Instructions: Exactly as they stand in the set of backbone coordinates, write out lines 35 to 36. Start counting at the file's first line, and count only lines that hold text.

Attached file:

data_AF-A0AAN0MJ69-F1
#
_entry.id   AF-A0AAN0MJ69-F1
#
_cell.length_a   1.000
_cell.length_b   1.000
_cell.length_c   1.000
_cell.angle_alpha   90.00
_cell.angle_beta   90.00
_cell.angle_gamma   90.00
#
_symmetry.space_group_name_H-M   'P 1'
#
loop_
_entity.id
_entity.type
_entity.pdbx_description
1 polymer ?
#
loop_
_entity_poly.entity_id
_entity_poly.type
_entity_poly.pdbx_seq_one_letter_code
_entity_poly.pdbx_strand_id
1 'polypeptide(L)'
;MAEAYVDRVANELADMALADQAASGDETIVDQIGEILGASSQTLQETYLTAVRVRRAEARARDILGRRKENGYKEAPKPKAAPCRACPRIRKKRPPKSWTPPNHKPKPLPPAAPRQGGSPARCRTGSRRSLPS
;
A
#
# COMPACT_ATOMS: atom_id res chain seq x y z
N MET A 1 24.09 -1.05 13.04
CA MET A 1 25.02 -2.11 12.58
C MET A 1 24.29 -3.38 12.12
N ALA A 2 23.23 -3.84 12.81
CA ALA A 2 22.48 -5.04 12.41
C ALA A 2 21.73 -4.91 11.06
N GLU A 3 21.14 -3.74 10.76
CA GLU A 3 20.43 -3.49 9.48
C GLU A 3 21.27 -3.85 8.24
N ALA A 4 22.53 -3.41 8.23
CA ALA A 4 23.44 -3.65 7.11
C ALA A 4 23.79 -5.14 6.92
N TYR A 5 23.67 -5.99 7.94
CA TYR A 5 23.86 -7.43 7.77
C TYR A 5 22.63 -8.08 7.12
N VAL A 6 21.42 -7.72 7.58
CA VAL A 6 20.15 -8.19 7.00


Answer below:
CA ALA A 2 22.48 -5.04 12.41
C ALA A 2 21.73 -4.91 11.06